Blender microfacet roughness0.01 Our microfacet roughness 0.01 Blender roughness0.5 Our microfacet roughness 0.5
## Disney diffuse BSDF For most object in our scene, we wanted to have a roughness parameter to control it's brightness, so we implemented the disney diffuse BSDF
Blender diffuse roughness 0.5 Our diffuse roughness 0.5 Blender diffuse roughness 1/0 Our diffuse roughness 1.0
Finally our material was the frensel blend of diffuse, specular and metallic materials. Specular and metallic are handled by specular microfact BRDF and diffuse is handled by disney diffuse BRDF. ![[Material blend](https://schuttejoe.github.io/post/disneybsdf/)](materials/Blending.png) # Feather ## Shape We used particle system in blender to build a feather model, when exported to obj file, it contains 15,000 line segments. We created a new mesh class to load the this obj file and perform intersection of it and ray. For the intersection, we chose to represent the line as a flat planes with some width. ![Feather model](feather/blender_feather_model.png) ## Hair/Fur BSDF In order to render the apperance of the hair, we chose to implement the hair and fur scattering model in the paper [*A Practical and Controllable Hair and Fur Model for Production Path Tracing, by Matt Jen-Yuan Chiang, Benedikt Bitterli, Chuck Tappan, and Brent Burley.*](https://benedikt-bitterli.me/pchfm/). The basic idea of this hair model is that light can bounce multiple times inside the hair. The light that pass through the interior of the hair will be absorbed like the light pass through an absorption medium. The longer the light travels inside the hair, the more "hair like" the color of the light is. The total BSDF of the hair is the sum of all BSDF (Fp), which accounts for a certain number of bounces of the light (p) inside the hair. ![[Hair Scattering model]("https://www.cs.cornell.edu/~srm/publications/SG03-hair-abstract.html")](feather/hair_scattering.jpg) Each Fp can be splited into three parts, the longitudinal scattering(Mp) and the azimuthal scattering(Np) and the length of this light ray travels (Ap).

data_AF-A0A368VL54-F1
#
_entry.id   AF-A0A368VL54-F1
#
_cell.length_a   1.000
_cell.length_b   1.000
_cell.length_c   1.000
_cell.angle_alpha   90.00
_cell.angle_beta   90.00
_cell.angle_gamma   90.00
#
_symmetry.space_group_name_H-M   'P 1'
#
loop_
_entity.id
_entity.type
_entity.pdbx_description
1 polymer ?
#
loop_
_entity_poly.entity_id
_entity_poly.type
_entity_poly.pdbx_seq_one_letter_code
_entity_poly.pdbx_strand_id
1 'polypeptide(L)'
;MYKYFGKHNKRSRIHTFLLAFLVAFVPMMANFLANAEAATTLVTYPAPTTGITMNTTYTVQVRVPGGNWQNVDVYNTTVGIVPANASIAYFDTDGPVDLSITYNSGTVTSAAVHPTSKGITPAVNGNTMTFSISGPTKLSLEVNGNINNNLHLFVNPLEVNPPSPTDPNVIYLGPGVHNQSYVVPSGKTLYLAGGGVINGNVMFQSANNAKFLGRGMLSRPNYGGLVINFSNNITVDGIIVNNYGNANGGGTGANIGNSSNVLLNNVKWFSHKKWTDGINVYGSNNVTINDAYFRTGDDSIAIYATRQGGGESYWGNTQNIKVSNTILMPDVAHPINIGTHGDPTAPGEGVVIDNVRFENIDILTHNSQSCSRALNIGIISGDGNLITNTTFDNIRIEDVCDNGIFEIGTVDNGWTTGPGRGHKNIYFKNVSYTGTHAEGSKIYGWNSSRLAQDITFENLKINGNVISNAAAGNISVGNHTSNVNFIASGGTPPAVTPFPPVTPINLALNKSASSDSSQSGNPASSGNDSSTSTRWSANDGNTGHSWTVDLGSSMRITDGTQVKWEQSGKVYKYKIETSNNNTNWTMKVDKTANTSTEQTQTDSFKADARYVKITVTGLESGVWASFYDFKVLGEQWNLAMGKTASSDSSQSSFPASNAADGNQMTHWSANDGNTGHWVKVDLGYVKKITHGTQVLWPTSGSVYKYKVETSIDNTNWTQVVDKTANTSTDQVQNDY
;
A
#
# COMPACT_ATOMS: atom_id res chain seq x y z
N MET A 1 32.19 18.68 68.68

Feather use lambertian Feather render in blender Feather use our fur BSDF
# Surface Photon Mapping To render surface caustics, we first implemented a progressive surface photon mapper following the [pbrt](https://pbr-book.org/3ed-2018/Light_Transport_III_Bidirectional_Methods/Stochastic_Progressive_Photon_Mapping) book and Benedikt Bitterli's [Tungsten](https://github.com/tunabrain/tungsten) renderer. Here is a comparison between path tracer with MIS (PT), photon mapper (PM), and stochastic progressive photon mapper (SPPM). The area light sources in scene rendered by the path tracer has been enlarged to speed up convergence and emission changed to keep the same power. Photon mapper provides much faster convergence rate on caustics, and SPPM can reduce the bias on caustics caused by blurring progressively, producing much defined edges on caustics.
Path Tracer (MIS) Photon Mapper Stochastic Progressive Photon Mapper